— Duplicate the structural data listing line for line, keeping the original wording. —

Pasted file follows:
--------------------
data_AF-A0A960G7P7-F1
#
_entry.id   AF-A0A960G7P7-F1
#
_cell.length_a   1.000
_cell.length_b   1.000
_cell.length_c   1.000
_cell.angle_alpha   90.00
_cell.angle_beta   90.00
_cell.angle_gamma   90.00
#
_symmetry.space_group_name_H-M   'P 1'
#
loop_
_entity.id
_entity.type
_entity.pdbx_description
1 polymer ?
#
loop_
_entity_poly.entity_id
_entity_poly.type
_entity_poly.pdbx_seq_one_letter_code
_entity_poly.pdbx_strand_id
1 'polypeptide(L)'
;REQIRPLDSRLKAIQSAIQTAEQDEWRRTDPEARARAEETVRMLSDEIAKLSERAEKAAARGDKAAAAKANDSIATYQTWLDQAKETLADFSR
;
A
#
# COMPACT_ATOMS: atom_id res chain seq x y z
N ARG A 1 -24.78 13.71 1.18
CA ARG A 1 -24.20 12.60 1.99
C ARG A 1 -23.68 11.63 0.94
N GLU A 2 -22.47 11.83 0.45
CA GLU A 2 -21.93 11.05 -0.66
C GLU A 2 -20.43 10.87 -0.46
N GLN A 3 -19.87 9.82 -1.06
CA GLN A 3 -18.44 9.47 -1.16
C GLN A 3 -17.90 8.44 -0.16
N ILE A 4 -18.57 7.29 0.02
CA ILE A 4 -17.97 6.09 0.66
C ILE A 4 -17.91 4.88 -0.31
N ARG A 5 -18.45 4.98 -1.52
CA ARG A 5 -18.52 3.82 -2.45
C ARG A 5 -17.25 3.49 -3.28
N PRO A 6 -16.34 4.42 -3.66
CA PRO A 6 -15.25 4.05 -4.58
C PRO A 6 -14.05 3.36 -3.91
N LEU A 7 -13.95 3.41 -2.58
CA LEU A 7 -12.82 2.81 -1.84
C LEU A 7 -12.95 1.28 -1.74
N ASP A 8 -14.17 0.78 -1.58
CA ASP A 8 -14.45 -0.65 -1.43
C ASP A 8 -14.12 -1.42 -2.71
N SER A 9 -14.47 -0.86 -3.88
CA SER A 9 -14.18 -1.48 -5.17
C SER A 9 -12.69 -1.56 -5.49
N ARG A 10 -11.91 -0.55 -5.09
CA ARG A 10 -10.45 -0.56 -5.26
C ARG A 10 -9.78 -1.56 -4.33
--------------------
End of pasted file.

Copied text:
data_AF-A0A960G7P7-F1
#
_entry.id   AF-A0A960G7P7-F1
#
_cell.length_a   1.000
_cell.length_b   1.000
_cell.length_c   1.000
_cell.angle_alpha   90.00
_cell.angle_beta   90.00
_cell.angle_gamma   90.00
#
_symmetry.space_group_name_H-M   'P 1'
#
loop_
_entity.id
_entity.type
_entity.pdbx_description
1 polymer ?
#
loop_
_entity_poly.entity_id
_entity_poly.type
_entity_poly.pdbx_seq_one_letter_code
_entity_poly.pdbx_strand_id
1 'polypeptide(L)'
;REQIRPLDSRLKAIQSAIQTAEQDEWRRTDPEARARAEETVRMLSDEIAKLSERAEKAAARGDKAAAAKANDSIATYQTWLDQAKETLADFSR
;
A
#
# COMPACT_ATOMS: atom_id res chain seq x y z
N ARG A 1 -24.78 13.71 1.18
CA ARG A 1 -24.20 12.60 1.99
C ARG A 1 -23.68 11.63 0.94
N GLU A 2 -22.47 11.83 0.45
CA GLU A 2 -21.93 11.05 -0.66
C GLU A 2 -20.43 10.87 -0.46
N GLN A 3 -19.87 9.82 -1.06
CA GLN A 3 -18.44 9.47 -1.16
C GLN A 3 -17.90 8.44 -0.16
N ILE A 4 -18.57 7.29 0.02
CA ILE A 4 -17.97 6.09 0.66
C ILE A 4 -17.91 4.88 -0.31
N ARG A 5 -18.45 4.98 -1.52
CA ARG A 5 -18.52 3.82 -2.45
C ARG A 5 -17.25 3.49 -3.28
N PRO A 6 -16.34 4.42 -3.66
CA PRO A 6 -15.25 4.05 -4.58
C PRO A 6 -14.05 3.36 -3.91
N LEU A 7 -13.95 3.41 -2.58
CA LEU A 7 -12.82 2.81 -1.84
C LEU A 7 -12.95 1.28 -1.74
N ASP A 8 -14.17 0.78 -1.58
CA ASP A 8 -14.45 -0.65 -1.43
C ASP A 8 -14.12 -1.42 -2.71
N SER A 9 -14.47 -0.86 -3.88
CA SER A 9 -14.18 -1.48 -5.17
C SER A 9 -12.69 -1.56 -5.49
N ARG A 10 -11.91 -0.55 -5.09
CA ARG A 10 -10.45 -0.56 -5.26
C ARG A 10 -9.78 -1.56 -4.33